Basically, Echo is designed around the user’s voice, and is a hands-free speaker system that connects you to the outside world. It gradually adapts to the user’s voice and inflection.

It has seven microphones and the device connects to Alexa, a cloud-based voice service, to provide information, answer questions, play music, read the news, check sports scores or the weather, and more. So think of it as a smartphone service without the smartphone and you begin to get the picture…

Echo plays music from Amazon Music, Prime Music, Pandora, iHeartRadio, TuneIn, and other systems. If you want to wake up in the morning to Eye of the Tiger, just say “Alexa” and ask.

But there is more. For example, it’s compatible with Philips Hue connected-devices so that you can control lights and switches with your voice. As industry analyst Tim Bajarin wrote in his review on PC Magazine: “You can expect Amazon to get light switches, door locks, appliances, and more connected to the Echo so it becomes the central control point for an eventual home information and automation system.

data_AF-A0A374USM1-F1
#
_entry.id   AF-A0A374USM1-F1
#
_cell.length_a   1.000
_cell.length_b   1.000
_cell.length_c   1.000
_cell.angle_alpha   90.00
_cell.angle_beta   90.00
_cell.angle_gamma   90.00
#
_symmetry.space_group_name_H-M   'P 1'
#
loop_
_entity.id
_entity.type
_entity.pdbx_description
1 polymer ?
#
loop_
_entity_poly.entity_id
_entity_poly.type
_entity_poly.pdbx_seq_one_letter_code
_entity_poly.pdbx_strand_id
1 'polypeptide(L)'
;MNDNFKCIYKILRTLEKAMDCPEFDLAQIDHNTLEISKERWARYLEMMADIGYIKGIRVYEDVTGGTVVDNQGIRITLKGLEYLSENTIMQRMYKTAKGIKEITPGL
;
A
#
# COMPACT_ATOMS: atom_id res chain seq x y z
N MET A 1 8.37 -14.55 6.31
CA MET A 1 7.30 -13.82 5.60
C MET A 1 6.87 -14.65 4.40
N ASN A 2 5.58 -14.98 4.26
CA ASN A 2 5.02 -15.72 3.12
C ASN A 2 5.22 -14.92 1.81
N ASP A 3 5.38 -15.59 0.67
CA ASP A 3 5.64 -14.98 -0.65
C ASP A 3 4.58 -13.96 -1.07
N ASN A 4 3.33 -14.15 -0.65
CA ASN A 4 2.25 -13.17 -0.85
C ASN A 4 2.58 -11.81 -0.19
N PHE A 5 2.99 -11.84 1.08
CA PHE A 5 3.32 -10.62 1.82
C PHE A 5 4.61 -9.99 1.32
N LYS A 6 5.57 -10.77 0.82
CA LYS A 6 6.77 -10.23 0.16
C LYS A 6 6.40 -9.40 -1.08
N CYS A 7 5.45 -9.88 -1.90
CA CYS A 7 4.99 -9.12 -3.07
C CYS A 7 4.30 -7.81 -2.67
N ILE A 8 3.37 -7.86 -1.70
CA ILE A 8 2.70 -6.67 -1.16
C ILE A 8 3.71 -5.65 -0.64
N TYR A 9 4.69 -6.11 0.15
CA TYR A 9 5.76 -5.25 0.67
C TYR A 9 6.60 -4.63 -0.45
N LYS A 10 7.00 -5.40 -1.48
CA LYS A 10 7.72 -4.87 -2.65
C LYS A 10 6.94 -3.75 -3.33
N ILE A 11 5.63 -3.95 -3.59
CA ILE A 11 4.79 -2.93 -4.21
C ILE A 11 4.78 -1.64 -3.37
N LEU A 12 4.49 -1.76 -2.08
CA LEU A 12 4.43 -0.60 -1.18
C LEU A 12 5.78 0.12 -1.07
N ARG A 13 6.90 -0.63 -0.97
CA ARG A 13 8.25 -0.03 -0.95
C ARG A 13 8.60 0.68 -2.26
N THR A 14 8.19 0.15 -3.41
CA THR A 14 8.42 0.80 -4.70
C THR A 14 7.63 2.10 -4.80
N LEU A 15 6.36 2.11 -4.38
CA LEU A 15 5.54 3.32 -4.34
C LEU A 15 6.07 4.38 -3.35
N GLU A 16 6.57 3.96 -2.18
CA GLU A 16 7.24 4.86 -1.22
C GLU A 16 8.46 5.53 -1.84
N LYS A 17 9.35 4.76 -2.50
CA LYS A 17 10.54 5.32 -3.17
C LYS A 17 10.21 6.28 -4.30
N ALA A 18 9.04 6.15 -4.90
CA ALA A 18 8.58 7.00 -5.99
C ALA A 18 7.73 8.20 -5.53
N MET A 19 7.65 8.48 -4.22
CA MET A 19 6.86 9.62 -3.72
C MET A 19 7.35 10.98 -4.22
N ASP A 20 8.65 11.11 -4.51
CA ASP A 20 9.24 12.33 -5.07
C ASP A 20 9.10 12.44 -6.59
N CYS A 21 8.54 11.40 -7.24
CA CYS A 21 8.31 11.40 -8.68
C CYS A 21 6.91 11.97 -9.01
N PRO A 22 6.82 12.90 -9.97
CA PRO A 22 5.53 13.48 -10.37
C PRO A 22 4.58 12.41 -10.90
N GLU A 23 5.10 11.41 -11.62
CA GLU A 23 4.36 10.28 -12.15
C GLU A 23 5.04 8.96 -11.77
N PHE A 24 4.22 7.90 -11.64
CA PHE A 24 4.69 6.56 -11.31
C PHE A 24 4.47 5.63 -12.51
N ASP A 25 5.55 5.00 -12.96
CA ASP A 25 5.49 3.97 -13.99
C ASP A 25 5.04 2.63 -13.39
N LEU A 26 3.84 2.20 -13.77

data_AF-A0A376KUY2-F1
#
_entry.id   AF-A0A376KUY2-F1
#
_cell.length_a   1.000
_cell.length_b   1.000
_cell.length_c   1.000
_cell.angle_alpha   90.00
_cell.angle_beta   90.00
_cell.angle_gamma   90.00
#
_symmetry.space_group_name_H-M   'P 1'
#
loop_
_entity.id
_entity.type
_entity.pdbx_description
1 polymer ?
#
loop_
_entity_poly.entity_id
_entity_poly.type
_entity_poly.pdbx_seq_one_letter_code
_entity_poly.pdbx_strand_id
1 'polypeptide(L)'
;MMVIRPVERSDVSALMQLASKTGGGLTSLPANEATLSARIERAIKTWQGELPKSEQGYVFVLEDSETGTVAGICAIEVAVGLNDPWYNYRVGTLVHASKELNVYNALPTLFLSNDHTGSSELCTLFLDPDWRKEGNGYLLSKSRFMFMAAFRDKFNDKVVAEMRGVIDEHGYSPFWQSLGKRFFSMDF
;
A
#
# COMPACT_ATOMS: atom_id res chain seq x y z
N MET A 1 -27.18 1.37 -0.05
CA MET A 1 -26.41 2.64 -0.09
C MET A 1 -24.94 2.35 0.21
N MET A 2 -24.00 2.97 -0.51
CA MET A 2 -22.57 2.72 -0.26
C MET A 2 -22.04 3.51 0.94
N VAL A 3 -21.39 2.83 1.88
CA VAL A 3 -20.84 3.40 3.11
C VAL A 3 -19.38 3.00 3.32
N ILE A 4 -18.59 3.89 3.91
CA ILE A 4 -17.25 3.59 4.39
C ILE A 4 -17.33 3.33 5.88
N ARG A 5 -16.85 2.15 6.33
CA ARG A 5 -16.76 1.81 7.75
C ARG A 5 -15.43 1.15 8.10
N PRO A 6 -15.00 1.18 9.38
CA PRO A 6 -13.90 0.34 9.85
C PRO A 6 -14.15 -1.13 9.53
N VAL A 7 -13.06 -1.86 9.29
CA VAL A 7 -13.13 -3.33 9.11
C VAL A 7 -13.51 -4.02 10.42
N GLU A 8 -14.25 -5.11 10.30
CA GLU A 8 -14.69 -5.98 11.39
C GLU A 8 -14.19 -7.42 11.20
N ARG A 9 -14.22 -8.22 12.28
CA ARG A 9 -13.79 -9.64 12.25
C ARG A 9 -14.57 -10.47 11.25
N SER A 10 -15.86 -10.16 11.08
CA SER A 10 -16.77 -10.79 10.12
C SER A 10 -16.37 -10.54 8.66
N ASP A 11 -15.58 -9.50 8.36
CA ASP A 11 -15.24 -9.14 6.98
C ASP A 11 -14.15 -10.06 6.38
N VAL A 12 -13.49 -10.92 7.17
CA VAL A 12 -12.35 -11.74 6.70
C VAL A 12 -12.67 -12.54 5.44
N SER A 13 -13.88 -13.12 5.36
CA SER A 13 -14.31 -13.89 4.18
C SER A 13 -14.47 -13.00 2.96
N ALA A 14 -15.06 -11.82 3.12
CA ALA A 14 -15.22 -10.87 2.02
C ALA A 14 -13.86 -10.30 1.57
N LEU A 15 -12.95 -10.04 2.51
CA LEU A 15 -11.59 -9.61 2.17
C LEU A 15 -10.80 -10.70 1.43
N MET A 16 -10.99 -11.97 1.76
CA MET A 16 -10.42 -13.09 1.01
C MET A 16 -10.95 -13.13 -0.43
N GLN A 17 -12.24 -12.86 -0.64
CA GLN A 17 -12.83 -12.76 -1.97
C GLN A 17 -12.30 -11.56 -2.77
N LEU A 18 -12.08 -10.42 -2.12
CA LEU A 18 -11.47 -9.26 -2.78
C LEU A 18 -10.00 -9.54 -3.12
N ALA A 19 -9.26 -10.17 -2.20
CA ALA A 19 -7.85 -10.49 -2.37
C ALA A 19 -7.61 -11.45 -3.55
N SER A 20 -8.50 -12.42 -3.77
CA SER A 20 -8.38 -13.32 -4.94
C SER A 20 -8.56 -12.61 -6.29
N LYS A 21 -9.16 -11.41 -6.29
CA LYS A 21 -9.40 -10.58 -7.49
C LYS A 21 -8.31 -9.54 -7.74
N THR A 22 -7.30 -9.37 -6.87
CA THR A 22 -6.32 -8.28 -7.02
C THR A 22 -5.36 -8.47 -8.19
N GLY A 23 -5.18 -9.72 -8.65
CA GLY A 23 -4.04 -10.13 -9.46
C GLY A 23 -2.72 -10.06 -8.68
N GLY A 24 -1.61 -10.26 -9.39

Amazon is throwing serious money behind its voice recognition plans in hopes to become a key player. It has put $100 million dollars into The Alexa Fund to “fuel voice technology innovation.” So, the race is on.

It’s fascinating to me how IoT, voice commands, technology, convenience, and modern ideas are all converging. It’s an exciting time to be in tech, to be sure.